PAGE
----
Snordwich Chronicles, XXIX: Leave-Taking

Matilda and Cecily are given the guest bed that night. Triston moves his bedroll into the main hall, and the boys take theirs upstairs to sleep near their parents.

In the morning, the family sees their guests off with a bottle of Plumville Purple and two little bundles of bread and cheese.

A little later on, Small Ralf makes his way home from Plumbob Hall.

He stops at the bakery to say hello to Tephna. She is happy to see him.

Her family are making Yacothian spiced buns for the second day of the Feast of the Watcher. They learned the recipe from Ralf’s master, and the boy knows it well enough, so he stays for a while to lend a hand.

Back at home, his mother serves Ralf’s favourite salad of cabbage and mint, along with individual fish pies, each cooked in a pan over an open flame.

The boys spend the afternoon playing catch. Mark easily outruns his older brothers.

On Friday, the family is invited to Henry and Beatrice’s home to celebrate the final day of the Feast of the Watcher.

After lunch, they take a walk to the riverbank. Richard loses no time getting in the water, while Ralf chases beetles and Mark plays quietly with Oriel.

The boys stay up late that night, telling stories and sharing secrets.

In the morning, the family once again bids Ralf goodbye. It may not be until harvest time that they see him next.

With the holiday season behind them, everyone returns to their usual business. Mark helps his mother groom Speckle.

Richard is sent to the parsonage, where Reviers gives him his weekly lesson. His education will not match that of a gentleman’s son, but he will learn enough letters and numbers to keep the brewery’s accounts and label the nectar bottles.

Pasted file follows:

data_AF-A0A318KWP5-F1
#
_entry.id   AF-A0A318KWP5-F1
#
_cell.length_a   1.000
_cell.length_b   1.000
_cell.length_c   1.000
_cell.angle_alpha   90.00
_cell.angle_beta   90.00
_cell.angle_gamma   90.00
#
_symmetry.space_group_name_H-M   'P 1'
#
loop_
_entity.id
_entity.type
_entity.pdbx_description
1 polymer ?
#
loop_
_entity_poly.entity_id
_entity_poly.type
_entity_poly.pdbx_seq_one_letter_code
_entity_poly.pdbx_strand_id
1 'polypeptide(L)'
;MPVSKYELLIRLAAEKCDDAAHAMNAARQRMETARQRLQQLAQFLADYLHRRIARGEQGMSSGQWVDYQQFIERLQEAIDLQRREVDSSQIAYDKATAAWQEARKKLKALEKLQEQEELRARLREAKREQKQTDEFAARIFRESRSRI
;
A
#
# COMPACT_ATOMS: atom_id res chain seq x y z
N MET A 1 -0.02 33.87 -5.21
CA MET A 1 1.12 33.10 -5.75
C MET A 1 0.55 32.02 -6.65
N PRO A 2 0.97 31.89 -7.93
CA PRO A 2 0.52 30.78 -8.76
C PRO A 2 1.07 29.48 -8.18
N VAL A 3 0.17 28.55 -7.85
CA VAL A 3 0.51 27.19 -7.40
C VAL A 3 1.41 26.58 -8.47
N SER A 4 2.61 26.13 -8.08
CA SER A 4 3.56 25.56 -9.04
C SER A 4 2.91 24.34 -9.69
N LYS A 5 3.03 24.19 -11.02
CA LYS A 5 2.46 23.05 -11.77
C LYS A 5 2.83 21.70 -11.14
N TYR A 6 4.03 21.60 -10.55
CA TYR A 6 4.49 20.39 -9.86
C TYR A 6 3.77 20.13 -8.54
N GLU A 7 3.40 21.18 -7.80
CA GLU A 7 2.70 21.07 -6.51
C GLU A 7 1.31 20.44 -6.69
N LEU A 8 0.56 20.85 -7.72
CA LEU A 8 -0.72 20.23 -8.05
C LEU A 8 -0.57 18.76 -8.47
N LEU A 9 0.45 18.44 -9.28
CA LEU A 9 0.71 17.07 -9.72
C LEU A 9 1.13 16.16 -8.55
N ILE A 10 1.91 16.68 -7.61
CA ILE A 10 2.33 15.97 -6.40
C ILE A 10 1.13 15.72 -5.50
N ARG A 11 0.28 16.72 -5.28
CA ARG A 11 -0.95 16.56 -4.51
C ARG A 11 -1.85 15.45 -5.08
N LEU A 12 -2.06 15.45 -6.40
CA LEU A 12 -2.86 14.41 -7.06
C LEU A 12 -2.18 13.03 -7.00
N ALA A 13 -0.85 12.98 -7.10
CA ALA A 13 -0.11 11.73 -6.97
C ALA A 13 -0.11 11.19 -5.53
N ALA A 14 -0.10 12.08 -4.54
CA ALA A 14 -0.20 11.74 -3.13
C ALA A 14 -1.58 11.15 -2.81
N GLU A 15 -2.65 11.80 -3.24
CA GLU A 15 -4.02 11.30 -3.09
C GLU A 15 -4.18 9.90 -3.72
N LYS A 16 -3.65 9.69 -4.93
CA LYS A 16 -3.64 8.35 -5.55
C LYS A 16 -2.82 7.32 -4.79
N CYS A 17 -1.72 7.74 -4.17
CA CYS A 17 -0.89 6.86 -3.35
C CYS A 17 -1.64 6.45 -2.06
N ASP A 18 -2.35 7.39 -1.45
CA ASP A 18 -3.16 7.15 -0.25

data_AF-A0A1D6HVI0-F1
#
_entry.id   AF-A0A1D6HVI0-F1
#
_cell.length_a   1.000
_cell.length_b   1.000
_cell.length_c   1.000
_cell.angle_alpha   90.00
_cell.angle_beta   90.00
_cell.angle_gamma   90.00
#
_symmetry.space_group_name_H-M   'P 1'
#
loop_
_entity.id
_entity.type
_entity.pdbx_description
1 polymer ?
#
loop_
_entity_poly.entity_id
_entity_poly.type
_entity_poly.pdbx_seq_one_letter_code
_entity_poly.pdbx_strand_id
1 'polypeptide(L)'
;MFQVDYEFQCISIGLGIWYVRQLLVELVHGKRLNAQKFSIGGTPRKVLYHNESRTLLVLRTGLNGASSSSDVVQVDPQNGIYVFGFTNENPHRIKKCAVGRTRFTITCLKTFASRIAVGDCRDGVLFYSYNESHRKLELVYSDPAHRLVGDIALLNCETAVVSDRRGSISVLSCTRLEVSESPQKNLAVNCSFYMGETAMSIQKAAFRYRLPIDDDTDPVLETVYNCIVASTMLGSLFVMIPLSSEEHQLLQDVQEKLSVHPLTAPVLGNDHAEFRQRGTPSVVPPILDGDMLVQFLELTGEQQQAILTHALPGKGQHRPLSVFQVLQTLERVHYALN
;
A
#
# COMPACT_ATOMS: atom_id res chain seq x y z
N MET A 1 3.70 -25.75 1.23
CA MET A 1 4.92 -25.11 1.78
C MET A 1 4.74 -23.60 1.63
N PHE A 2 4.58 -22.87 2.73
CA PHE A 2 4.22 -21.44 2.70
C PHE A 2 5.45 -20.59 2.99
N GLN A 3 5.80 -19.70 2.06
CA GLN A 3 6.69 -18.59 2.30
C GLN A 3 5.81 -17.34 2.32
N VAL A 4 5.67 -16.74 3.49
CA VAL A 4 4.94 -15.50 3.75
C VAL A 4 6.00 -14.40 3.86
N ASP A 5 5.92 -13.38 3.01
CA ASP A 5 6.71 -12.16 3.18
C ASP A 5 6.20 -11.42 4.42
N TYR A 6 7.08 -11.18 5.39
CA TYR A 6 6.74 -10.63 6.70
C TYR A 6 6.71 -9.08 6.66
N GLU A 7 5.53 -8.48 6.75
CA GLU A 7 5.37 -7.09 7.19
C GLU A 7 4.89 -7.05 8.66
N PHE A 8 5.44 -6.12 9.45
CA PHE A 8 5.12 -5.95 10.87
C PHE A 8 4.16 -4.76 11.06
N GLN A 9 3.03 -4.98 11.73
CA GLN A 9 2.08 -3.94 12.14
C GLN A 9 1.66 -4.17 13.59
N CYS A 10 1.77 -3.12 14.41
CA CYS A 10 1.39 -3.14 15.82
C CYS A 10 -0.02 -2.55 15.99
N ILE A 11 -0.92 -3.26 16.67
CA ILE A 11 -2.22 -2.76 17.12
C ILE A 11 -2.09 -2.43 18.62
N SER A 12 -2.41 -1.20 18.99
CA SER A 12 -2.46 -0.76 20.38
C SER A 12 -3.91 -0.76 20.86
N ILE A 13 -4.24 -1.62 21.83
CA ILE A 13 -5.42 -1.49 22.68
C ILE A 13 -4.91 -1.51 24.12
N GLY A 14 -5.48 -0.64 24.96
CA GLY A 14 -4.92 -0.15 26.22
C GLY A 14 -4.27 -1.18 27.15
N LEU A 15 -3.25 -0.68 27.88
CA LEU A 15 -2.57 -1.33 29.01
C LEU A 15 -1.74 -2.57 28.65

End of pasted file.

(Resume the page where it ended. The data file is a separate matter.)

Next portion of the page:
Later that morning, Tall Ralf rides through town. He is bringing sad news to Plumbob Hall: his master, his lordship’s old chaplain, passed away in the night.

He returns a few hours later looking quite overwhelmed. He takes a cup of Bishop’s Gold at the brewery to calm his nerves, and tells Henry what passed at the manor house.

When Lord Snordwich read out old Wereables’ will, Ralf heard himself named as one of the main beneficiaries. With no close family to endow, the chaplain divided his books among his friends, entrusted his savings to the village parson for the relief of the poor, and left most of his household goods to his faithful groom.

That would have been fortune enough, but then the great baron himself, anxious for the newly built house not to fall into disrepair, offered Ralf the lease on his late master’s lands.

There will be rent to pay, but he can grow vegetables, take honey from the hives that his master showed him how to tend, and offer bed and board to travelers. And he will at last be in a position to marry, and start the family he always wanted; in fact, there is a young widow in the neighbouring village that he has admired ever since he saw her at Havlock Hall. Ralf is resolved to be a good husband to her if she will have him, and a loyal tenant to Lord Snordwich.

He buys two rounds of the brewer’s finest Cranerlet for everyone in the room, and asks that they remember his kind master in their prayers.

Word of the young man’s good fortune quickly spreads through the village.

The next day at church, Parson Reviers honours Werables’ memory, praising his good judgement and sobriety.

He is laid to rest close to the church.

The villagers hardly knew the old chaplain, but Ralf is well liked among them, and they are all glad that he will continue to live near to the village.

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